Greetings Everyone,
Please join me in offering congratulations to all our graduating seniors (’18) and their families!!
It’s Time for Reflections:  
As the end of the school year is within sight, I invite all students to reflect upon goals set in August. Which of your goals were easily attainable?  Why?  What have you learned about yourself and how you approach learning and your time that works well and what will you change for the next academic year?
Parents, how have you changed as your student continues to develop their strengths further preparing each young adult for a smooth transition to the undergraduate experience?  How can you assist your student to continue to be self-motivated and directed?
At your end-of-year conference, we’ll review your accomplishments both within and outside the classroom as well as identify opportunities for growth to realize personalized educational goals.
Let’s discuss whether Dual-Enrollment is right for you! 
A few weeks ago, I discussed the differences between AP, AICE and IB classes. A student’s Educational and College Admissions plan should contain a curriculum map providing each student with  ample opportunity to explore potential academic areas of interest through enrollment in the most challenging curriculum that the student can COMFORTABLY MANAGE.  If you have any lingering questions on the 2018-19 course selections, let’s discuss!
Some of my current sophomores and juniors have expressed an interest in Dual-Enrollment courses. These are offered in local campuses and in online classes.   
Please review potential classes and give me a shout out to explore how a specific course might fit into your strategic educational plan .  It’s important to have very clear reasons for enrolling in any course, but especially an online course.
Keep in mind, if you are already a very strong student aiming at highly competitive colleges outside of the your state system, there’s virtually no admissions bump to completing DE courses. This is especially true for rising seniors (’19) as any fall Dual-Enrollment course will post the grade perhaps after the admissions decision has been rendered.  Moreover, the DE classes you’ve chosen can raise red flags about your willingness to accept academic challenges. Let’s explore that point….
Students: Please only consider courses that truly interest you and offer you an opportunity to swap something out of your high school class list that is unique and more challenging.   Above all, aim for something you cannot take at your high school rather than taking a class to avoid the expected traditional path or a given teacher as the latter is not a reason for taking a DE class.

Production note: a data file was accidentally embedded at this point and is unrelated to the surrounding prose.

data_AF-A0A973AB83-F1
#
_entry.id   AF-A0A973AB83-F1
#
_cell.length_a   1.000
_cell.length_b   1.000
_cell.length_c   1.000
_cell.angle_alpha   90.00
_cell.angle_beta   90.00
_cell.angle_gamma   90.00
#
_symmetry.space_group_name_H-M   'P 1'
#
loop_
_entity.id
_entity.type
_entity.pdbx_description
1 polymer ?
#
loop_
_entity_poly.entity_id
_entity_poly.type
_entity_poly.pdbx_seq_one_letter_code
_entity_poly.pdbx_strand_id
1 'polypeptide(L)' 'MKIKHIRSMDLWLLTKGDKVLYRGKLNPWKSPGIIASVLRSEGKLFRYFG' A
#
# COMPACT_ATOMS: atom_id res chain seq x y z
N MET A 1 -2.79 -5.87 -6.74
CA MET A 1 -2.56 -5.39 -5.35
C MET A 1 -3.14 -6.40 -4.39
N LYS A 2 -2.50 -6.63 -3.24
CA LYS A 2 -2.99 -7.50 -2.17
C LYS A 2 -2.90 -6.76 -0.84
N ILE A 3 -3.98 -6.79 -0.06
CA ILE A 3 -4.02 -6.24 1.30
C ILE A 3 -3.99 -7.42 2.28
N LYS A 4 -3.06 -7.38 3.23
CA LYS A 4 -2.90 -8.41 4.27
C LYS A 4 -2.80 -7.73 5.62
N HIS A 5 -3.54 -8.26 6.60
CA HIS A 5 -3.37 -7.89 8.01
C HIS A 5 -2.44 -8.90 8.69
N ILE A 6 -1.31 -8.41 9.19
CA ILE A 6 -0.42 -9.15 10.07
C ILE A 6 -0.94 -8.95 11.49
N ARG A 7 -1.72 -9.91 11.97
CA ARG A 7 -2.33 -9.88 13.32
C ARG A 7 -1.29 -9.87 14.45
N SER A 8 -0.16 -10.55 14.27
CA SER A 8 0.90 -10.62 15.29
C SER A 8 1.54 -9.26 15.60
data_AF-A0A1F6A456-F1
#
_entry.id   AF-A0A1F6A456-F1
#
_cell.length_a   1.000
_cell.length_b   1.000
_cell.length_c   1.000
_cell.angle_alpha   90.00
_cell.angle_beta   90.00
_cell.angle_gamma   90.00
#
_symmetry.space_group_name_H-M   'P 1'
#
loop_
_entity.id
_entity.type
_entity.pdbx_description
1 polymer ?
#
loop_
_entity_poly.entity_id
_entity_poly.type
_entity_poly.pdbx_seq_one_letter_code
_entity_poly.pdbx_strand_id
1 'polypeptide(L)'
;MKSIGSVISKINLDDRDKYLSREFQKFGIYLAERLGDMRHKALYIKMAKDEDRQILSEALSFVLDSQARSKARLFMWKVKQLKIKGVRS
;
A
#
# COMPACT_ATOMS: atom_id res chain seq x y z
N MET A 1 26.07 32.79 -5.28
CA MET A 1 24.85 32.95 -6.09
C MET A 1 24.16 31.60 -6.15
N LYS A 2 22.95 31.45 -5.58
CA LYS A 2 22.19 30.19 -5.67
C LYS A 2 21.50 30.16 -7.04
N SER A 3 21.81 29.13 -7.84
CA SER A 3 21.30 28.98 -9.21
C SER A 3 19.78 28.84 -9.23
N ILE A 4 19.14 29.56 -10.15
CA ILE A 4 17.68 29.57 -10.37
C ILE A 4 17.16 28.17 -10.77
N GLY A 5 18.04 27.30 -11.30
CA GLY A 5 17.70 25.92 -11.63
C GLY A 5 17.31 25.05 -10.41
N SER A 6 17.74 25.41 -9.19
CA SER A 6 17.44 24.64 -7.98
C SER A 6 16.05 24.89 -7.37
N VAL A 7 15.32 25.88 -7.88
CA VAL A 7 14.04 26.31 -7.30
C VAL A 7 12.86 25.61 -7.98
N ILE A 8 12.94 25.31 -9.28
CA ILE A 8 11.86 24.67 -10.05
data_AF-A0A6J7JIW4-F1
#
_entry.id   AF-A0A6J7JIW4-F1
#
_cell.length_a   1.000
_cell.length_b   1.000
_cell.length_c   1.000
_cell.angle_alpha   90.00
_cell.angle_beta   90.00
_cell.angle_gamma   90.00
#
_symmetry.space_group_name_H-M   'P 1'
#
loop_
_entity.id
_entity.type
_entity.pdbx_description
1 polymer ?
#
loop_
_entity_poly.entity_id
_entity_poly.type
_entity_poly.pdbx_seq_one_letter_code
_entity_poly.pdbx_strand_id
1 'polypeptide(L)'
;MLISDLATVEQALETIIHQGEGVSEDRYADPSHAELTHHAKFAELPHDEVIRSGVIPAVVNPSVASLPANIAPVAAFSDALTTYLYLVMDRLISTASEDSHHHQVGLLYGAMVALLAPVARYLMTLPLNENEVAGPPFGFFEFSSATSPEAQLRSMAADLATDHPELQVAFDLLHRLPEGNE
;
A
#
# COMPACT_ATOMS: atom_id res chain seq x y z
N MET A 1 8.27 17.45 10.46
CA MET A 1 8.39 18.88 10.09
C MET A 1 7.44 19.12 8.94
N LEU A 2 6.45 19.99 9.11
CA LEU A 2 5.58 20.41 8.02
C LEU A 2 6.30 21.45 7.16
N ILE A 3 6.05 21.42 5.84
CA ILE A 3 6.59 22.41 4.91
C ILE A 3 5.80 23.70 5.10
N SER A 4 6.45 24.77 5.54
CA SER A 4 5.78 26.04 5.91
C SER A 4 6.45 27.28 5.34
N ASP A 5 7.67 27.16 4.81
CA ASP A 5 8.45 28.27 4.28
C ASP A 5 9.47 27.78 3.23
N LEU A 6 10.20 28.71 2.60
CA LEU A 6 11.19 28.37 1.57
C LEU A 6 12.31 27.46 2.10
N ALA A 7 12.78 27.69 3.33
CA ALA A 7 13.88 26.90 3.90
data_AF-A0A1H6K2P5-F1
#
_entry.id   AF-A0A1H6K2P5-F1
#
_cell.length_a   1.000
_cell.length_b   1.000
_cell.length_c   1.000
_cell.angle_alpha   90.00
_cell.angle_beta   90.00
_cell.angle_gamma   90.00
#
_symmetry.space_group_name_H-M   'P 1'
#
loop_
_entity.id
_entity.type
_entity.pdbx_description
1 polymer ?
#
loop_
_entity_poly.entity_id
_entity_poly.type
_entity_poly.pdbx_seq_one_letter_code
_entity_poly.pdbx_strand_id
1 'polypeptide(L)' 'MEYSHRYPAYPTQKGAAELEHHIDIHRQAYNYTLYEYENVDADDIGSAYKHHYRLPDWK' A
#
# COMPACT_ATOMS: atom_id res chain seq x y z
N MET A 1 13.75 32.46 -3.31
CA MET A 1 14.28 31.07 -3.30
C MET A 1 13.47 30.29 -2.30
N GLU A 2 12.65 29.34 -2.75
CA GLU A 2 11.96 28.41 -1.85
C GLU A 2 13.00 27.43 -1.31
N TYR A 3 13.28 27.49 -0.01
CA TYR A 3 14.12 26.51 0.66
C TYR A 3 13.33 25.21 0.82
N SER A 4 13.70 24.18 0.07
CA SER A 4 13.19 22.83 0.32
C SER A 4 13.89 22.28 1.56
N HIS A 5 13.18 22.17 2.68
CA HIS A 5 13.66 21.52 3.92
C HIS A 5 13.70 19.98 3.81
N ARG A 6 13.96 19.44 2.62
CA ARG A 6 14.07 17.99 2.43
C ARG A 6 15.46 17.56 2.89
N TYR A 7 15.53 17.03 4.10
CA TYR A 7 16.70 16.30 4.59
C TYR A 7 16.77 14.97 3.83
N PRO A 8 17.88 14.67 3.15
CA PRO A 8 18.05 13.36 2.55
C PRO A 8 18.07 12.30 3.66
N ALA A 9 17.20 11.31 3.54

If you are certain you plan to attend a college within your state’s public system,  taking English as a Dual-Enrollment class as opposed to attempting a “5” on AP Lang/Lit would potentially offer a great chance of earning transfer credit towards freshman English as a college student.  ***This is simply not the situation for students aiming to enroll in competitive colleges elsewhere.
Given my experience as a University Professor, please keep in mind, the most competitive colleges outside of the public universities in your state will not likely accept online credits as transfer classes,  and this is especially true for  STEM classes.   

Taking a math or science class at a local community college not only will fall below the threshold for transfer credit, but the educational experience will fall short of what you will need to know to be well prepared for success in subsequent 200+ level STEM classes at most competitive undergraduate programs.
If you’ve exhausted your STEM options at your high school, there are some specific 200+ level classes in multivariate calculus, discrete mathematics and the next class in a sequence for Biology and Chemistry majors.  Need recommendations??ASK ME!!
For rising sophomores and juniors, I often hear how Dual-Enrollment is an opportunity to increase your high school weighted GPA.  The more important reason for taking a class is to possibly introduce you to some interesting subject matter not offered at your high school.
 For students with GPAs under the target public university admissions threshold, Dual Enrollment does indeed offer an opportunity to slightly increase your chances of admission by raising your GPA.  That said, to “artificially inflate” your GPA in non-core courses through dual enrollment is an approach that is transparent and may backfire. Competitive colleges will very likely remove some of these classes and recalculate your GPA excluding some of your DE courses.  So please, be careful about what you’ve selected as the classes may have no bearing on your GPA from a college admissions review. Moreover, these classes are often viewed as a less than authentic interest in learning something new but rather an attempt to pad your GPA..
If you don’t see any challenging courses of interest, please contact me to discuss some other competitive online programs available to high school students.
Best Wishes for a strong finish to the school year!
Bonnie R. Rabin, Ph.D.
Educational and College Admissions Consultant
 Financial Aid and Scholarship services